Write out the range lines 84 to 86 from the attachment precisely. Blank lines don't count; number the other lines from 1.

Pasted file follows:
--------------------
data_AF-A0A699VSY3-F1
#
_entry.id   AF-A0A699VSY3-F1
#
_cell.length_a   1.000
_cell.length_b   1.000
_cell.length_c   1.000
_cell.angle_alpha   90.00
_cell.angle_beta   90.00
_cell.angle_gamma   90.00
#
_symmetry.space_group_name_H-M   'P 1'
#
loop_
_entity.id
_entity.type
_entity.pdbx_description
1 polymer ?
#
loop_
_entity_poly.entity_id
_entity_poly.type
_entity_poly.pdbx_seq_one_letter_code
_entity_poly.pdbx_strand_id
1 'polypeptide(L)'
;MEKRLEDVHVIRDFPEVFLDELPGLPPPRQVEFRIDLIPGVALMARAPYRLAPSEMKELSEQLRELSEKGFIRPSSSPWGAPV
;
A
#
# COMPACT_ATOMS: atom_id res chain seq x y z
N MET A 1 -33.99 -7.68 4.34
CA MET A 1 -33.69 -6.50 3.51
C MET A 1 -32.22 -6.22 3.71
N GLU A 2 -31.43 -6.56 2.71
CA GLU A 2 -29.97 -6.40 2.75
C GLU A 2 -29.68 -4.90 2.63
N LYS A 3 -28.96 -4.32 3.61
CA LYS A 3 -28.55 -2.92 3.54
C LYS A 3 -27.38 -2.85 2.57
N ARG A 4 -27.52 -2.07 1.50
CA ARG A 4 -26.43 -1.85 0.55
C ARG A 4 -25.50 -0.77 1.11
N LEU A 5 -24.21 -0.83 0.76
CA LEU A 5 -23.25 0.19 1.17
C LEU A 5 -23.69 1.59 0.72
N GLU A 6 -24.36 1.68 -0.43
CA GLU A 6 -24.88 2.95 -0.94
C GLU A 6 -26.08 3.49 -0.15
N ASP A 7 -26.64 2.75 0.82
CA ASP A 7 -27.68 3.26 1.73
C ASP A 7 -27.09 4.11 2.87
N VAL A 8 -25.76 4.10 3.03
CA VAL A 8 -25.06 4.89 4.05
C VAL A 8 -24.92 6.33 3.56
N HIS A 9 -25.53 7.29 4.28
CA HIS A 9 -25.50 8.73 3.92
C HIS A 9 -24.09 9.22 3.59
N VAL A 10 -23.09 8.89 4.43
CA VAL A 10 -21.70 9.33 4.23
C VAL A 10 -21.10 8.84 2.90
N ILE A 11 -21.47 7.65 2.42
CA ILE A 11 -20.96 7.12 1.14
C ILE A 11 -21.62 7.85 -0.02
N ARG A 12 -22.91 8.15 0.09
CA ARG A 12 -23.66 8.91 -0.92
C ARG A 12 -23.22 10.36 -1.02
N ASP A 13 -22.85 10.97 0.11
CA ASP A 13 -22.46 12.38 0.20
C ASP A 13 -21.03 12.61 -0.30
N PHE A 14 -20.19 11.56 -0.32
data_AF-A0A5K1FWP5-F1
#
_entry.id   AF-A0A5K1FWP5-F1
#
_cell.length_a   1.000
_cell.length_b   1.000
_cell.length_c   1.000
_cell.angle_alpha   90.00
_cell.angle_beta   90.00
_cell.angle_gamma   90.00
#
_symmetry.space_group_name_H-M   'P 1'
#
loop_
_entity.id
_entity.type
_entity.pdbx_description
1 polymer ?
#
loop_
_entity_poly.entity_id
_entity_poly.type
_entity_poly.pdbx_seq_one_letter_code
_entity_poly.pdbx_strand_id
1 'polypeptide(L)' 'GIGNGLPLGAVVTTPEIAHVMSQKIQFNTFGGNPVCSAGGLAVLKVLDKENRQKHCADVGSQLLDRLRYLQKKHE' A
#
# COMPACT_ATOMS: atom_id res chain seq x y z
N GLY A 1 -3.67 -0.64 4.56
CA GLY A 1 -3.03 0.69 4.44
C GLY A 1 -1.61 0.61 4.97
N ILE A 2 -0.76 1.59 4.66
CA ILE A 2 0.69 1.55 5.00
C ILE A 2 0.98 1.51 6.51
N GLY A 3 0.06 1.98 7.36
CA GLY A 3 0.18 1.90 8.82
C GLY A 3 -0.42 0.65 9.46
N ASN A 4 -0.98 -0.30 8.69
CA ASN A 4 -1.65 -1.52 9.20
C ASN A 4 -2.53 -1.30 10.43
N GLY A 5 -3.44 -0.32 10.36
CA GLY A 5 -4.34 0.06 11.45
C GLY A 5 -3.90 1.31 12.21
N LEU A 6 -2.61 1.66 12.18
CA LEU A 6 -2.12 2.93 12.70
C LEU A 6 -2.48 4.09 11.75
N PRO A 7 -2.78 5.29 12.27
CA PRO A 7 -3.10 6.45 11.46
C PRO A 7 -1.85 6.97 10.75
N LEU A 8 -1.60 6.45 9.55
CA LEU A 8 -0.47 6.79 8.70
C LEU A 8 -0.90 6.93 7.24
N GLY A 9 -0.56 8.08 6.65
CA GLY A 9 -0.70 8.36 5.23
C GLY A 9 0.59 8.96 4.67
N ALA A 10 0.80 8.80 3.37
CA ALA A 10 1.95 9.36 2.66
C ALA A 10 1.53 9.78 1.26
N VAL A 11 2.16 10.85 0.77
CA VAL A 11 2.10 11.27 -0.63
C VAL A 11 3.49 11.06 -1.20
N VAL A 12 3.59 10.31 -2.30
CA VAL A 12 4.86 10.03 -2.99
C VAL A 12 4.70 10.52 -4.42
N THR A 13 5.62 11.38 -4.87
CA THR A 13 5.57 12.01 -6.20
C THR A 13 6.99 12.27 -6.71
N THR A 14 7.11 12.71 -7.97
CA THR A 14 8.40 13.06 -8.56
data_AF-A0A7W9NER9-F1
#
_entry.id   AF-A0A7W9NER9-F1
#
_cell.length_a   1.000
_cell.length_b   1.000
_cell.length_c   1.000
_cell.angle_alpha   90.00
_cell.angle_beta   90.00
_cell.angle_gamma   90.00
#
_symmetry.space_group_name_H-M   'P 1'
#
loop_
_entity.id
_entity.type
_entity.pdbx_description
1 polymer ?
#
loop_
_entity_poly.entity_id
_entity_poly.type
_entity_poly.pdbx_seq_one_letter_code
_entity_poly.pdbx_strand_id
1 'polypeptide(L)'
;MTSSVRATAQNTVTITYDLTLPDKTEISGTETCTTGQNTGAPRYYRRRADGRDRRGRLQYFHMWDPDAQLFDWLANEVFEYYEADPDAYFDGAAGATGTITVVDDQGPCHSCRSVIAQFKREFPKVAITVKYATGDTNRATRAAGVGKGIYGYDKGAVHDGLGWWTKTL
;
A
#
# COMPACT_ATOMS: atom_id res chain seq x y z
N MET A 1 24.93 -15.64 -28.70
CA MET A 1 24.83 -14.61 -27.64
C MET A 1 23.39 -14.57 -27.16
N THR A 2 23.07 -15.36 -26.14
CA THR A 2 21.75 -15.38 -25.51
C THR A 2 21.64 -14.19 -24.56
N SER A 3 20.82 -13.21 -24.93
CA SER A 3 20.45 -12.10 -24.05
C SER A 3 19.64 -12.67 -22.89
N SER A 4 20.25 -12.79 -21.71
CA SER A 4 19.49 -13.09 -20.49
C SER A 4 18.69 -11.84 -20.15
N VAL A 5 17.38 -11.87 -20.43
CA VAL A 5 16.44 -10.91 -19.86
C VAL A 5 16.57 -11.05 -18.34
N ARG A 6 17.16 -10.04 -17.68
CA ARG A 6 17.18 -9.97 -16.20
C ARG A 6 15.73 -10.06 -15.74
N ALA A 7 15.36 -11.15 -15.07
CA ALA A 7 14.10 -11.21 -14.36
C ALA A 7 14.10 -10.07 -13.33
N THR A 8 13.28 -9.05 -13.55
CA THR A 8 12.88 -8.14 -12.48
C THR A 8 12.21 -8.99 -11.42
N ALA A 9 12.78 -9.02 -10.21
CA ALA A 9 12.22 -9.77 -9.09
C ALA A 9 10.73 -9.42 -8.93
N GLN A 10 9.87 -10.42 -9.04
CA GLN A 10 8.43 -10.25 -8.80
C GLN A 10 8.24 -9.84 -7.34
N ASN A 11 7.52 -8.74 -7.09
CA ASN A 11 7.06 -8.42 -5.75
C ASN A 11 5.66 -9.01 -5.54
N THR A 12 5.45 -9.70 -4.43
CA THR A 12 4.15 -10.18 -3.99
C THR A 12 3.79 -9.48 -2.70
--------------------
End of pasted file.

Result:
loop_
_entity.id
_entity.type